• Pat O'Brien Says:

        Not sure about the route the site picked, but if you click on the mountain icon located in the bottom left of the screen, you will get the profile which looks about right.

      • Patrick O'Grady Says:

        Not me. The New Mexico Touring Society might have some stats on it. I remember doing that descent Back In the Day® when I was racing with the Sangre de Cristo Cycling Club. It could be a whole lot of no fun at all if you found yourself sharing a tight corner with a loose motorist.

        Pat, the route I’ve been considering would head south on Tramway to Old Route 66, then east through Tijeras to NM 14 and thence through Madrid to Fanta Se. Your route looks like it might cut through pueblo land, and sometimes the locals aren’t exactly overjoyed to see a sweaty wasichu fouling the air.

      • khal spencer Says:

        Some of that route that Pat showed on the run map looked like forest roads if they are roads at all. I think O’G is correct in that the only way to do this on pavement and not be bushwhacking through Pueblo country is the route he mentions above on the East side of the Sandias.

      • Pat O'Brien Says:

        Yep, that map site is better for routes you are familiar with. But, the profile feature is pretty neat. I’ve noticed that google maps picks weird bike routes too using forest service roads or imaginary roads. Anywho, lots of climbing. I didn’t know riding through pueblo land might be a problem.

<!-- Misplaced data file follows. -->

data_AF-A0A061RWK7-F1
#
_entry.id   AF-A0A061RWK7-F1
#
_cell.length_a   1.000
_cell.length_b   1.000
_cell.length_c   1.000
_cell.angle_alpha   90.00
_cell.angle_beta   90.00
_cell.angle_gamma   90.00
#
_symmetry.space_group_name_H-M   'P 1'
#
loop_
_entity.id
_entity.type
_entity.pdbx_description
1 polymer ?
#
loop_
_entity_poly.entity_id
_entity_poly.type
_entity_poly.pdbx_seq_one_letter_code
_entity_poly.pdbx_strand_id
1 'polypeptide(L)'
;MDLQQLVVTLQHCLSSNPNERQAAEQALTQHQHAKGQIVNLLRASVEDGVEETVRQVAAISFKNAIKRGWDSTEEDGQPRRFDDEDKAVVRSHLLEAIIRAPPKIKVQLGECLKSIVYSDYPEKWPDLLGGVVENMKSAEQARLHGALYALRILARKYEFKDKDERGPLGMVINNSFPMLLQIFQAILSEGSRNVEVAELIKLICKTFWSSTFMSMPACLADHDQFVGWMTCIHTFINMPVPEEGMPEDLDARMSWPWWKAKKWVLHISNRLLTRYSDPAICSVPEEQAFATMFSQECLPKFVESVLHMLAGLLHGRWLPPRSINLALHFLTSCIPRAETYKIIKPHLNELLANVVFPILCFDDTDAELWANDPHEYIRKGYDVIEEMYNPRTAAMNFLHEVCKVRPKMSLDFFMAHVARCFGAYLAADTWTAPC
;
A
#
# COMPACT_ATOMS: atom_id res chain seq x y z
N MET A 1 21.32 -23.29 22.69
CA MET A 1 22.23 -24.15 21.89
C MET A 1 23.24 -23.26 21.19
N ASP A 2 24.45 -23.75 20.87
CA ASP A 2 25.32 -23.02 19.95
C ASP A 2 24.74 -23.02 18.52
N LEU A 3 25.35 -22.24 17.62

Just watched the movie “We Bought A Zoo.” Maybe to ride to Santa Fe you only need “20 seconds of courage” and a plan. And the legs.

      • psobrien Says:

        How about this one. I used the route Patrick described.

      • Pat O'Brien Says:

        I check NM 14 using google maps street view North of Madrid. Not much shoulder there, and none in some places. Have you ridden on that stretch of 14 before?

      • khal spencer Says:

        That road is part of the Santa Fe Century. Its in part shoulderless but traffic is not that heavy except on special occasions. I’ve ridden it on the tandem and on a single bike.

  4. khal spencer Says:

    I’m impressed. That looks like a light load for a 3k tour. I suspect if I were doing it, I would either need a good advisor or my bicycle would be lost under a mountain of shit that I don’t really need.

    So in the continued saga of trying to be human again, I did two hours on the hills north of Fanta Se yesterday (Tano, N.Tano, W.Tano, E.Tano, partway up to Tesuque, etc) and my knees and shoulder survived well enough that I did the schlep to work today on the bicycle, too. Slowly improving. I may not have to trade in the 12-28 for a 12-40 after all.

  5. Herb Clevenger Says:

    Well despite having some of the worst legislaters and of course the Flint water issue; Michigan does have a nation leading number of Rail-Trail miles. You can actual do a “loaded” tour without knee busting grades or cell phone zombie drivers picking you off. I’m telling you if we are not careful Michigan may become America’s cycling Mecca. C’mon out and bike here. We also have nine zillion brewpubs.

  6. Pat O'BRien Says:

    Anyone here ever think about touring, or did a tour, on the Katy Trail?